May 27, 2009
Renewing an old series is one of the most difficult challenges for a screenwriter. The audience is familiar with all of the previous stories and the series’ complete iconography. So the bar is very high. Plus, the reason you are renewing series is because the mythology has been told to death. So coming up with a new story that both pleases and surprises the die-hards is extremely difficult.
Writers Roberto Orci and Alex Kurtzman chose to go with an origin story, which seems so obvious I wondered why the Star Trek powers hadn’t done this a long time ago. Oftentimes the origin of a superhero or superhero team is the most fun part, not only because we get to see how this special magic first came into being but also because the story is, literally, original. Every other story after the origin is essentially the same tale but with a different opponent.
But origin stories are also a lot more difficult than they appear, as the writers of Watchmen discovered. Audiences love seeing the formation of the original team, but if you take too long doing it you kill narrative drive. And once you kill it it’s real hard to get it back.
Star Trek’s writers solved the problem of renewing this ancient (by Hollywood’s standards) series, and executing a good origin story, by grabbing some of the best techniques of science fiction, myth and drama. Science fiction often piggy-backs on the myth form. That’s why so many science fiction stories use Greek and Roman names, stories and history. Myth is the best genre for telling a story that covers a great deal of space and time, and science fiction is the futuristic form that typically covers huge amounts of space and time.
Like all genres, myth has certain unique story beats that must be present if you want to execute the genre properly. For example, many myth stories begin with the birth of the hero, followed immediately by the death of the father. Sure enough that beat happens in the opening scene of Star Trek. And its followed by every other major beat in the myth form.
The writers keep the story from being a predictable myth-repeat by adding some of the key beats of the science fiction form, especially the elements of time travel. Due to Gene Roddenberry’s original premise of “Wagon Train in space,” Star Trek has always emphasized the spatial aspects of science fiction, as the Enterprise visits one new world after another. As the show’s tag line states, “Space: the final frontier. These are the voyages of the starship Enterprise. Her ongoing mission: to explore strange new worlds, to seek out new life forms and new civilizations; to boldly go where no one has gone before.”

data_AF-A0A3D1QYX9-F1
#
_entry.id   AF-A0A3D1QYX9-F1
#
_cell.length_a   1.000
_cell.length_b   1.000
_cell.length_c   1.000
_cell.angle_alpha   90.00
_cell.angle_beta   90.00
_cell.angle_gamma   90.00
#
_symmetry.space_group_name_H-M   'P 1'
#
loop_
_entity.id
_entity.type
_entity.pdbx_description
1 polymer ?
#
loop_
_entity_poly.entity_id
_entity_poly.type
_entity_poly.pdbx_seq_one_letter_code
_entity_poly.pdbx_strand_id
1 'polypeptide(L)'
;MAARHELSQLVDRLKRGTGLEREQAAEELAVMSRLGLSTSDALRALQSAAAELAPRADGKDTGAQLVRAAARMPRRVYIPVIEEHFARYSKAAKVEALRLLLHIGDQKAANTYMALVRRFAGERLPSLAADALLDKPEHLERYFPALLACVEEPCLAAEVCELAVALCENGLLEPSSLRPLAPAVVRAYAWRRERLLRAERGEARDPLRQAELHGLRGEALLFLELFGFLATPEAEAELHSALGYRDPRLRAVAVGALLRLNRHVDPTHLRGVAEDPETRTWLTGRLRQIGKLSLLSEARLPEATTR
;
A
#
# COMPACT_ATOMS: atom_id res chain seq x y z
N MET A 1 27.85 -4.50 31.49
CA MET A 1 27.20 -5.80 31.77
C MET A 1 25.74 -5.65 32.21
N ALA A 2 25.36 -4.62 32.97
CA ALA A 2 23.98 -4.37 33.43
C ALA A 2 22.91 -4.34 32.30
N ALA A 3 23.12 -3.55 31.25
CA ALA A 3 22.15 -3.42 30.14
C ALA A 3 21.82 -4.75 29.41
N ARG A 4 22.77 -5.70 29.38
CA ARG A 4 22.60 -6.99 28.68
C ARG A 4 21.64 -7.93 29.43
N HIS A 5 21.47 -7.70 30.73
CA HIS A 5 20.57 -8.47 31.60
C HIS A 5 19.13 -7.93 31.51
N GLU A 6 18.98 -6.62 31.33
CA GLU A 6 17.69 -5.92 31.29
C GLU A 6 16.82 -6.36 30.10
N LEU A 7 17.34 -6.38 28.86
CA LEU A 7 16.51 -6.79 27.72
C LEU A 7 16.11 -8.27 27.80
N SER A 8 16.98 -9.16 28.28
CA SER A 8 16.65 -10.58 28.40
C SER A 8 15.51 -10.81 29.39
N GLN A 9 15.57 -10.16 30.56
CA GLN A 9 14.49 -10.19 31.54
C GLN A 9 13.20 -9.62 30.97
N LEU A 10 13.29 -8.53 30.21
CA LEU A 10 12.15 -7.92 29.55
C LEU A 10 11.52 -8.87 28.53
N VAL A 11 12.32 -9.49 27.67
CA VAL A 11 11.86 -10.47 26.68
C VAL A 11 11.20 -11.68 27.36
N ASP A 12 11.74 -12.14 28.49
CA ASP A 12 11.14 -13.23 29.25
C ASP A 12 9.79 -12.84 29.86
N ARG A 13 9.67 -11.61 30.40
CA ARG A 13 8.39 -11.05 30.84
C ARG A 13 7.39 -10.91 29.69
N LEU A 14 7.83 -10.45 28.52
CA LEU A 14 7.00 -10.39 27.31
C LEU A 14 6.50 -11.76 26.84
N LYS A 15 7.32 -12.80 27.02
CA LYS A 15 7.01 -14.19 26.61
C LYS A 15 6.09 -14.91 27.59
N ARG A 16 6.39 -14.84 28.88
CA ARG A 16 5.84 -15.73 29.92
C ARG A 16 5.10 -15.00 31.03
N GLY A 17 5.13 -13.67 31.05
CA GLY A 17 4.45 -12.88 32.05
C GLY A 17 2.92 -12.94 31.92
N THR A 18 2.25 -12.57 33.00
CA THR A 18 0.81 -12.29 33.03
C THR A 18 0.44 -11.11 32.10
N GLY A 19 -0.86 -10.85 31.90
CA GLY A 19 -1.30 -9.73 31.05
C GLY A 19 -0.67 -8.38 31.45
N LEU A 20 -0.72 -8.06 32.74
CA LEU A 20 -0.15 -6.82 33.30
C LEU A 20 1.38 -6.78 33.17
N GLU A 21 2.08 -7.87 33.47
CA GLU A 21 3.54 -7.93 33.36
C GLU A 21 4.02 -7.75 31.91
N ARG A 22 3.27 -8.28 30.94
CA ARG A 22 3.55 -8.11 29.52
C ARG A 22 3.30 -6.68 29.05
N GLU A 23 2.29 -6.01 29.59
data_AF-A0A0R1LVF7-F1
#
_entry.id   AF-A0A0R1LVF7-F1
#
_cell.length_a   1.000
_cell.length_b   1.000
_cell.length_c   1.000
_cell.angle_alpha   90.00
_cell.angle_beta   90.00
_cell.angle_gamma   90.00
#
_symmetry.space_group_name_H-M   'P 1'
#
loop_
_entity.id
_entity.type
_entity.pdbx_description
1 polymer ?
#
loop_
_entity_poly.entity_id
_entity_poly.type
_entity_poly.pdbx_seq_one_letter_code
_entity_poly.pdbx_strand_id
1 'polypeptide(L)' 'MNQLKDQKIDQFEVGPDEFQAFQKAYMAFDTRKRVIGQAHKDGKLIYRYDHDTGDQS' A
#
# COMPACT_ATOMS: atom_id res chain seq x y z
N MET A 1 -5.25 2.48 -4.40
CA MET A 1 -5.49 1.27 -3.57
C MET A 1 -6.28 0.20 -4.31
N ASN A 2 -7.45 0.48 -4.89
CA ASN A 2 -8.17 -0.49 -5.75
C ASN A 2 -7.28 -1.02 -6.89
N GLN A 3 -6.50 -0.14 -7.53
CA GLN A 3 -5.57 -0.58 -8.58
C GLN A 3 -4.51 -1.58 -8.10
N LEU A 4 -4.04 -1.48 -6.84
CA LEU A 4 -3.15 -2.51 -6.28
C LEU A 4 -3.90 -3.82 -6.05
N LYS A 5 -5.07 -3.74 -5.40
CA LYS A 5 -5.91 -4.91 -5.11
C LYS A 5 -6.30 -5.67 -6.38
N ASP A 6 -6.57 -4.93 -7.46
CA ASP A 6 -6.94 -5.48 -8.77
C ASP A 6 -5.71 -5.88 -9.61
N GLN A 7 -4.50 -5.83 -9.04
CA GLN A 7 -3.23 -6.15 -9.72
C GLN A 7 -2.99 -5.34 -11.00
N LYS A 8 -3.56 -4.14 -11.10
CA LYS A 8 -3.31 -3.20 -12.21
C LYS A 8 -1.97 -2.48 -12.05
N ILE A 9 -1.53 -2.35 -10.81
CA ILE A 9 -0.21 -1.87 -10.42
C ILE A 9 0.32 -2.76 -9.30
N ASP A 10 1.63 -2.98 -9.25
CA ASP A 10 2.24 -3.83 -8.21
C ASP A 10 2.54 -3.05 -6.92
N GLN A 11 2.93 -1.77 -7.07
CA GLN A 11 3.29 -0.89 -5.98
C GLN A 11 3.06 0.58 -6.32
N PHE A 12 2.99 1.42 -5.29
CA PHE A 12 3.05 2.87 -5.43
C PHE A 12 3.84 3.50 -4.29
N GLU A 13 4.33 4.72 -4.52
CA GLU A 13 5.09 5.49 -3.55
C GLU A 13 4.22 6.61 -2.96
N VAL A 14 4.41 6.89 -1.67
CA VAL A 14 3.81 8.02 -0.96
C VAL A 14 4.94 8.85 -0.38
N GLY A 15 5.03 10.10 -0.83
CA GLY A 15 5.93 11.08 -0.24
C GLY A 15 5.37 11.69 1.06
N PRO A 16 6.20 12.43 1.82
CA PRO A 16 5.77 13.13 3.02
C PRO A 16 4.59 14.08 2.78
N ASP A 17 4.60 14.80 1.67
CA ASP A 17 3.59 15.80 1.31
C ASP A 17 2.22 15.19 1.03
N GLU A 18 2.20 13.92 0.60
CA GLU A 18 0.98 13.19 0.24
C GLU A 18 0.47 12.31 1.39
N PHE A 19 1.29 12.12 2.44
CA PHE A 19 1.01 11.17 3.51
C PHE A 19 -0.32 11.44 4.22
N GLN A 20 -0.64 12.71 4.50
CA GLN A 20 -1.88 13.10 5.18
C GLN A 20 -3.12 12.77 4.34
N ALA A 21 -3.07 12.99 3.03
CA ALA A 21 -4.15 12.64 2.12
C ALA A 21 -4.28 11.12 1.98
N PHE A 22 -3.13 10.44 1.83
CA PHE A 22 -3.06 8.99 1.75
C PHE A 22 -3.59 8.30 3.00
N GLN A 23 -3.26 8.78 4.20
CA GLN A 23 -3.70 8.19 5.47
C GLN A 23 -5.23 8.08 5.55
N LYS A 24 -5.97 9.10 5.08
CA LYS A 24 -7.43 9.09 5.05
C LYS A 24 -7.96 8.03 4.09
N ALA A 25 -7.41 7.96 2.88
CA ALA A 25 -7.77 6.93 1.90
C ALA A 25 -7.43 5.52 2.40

But this Star Trek is directed by J. J. Abrams, co-creator of Lost, whose brilliant fifth season has used the element of time travel better than it’s ever been done before. In many ways, time travel is the key to rejuvenating the Star Trek franchise and making the origin story work. Time travel allows the writers to emphasize character change in a very plot-heavy genre – of many of the major characters – by jamming the characters’ beginning and ending selves close together in time. It also lets the writers keep the narrative drive going fast and furious from the very opening on. Instead of spending the abnormally long time collecting allies that origin stories usually require, the Star Trek writers can sprinkle the introduction of the various team members throughout the story.
The final genre the authors of Star Trek used was drama. Mixing in drama elements is the main way you transcend any genre, because you are essentially taking a mythic hero and adding psychological depth and individuality. This is the main technique writer Tony Gilroy used in writing the Bourne films, and what Neal Purvis, Robert Wade, and
Paul Haggis did when called on to rejuvenate and rewrite the origin story for James Bond in Casino Royale. In Star Trek the writers not only highlighted the moral and psychological needs of main characters Kirk and Spock, they also made the brilliant dramatic move of turning Kirk and Spock into lead opponents for a good part of the story.
Most of us writers never get the opportunity to rejuvenate a classic like Star Trek. But we can take on the challenge of telling a science fiction story so it has tremendous emotional impact on the audience. The choices the writers made in the new and improved Star Trek can teach us a lot about why science fiction has become one of the most popular genres in mainstream Hollywood film.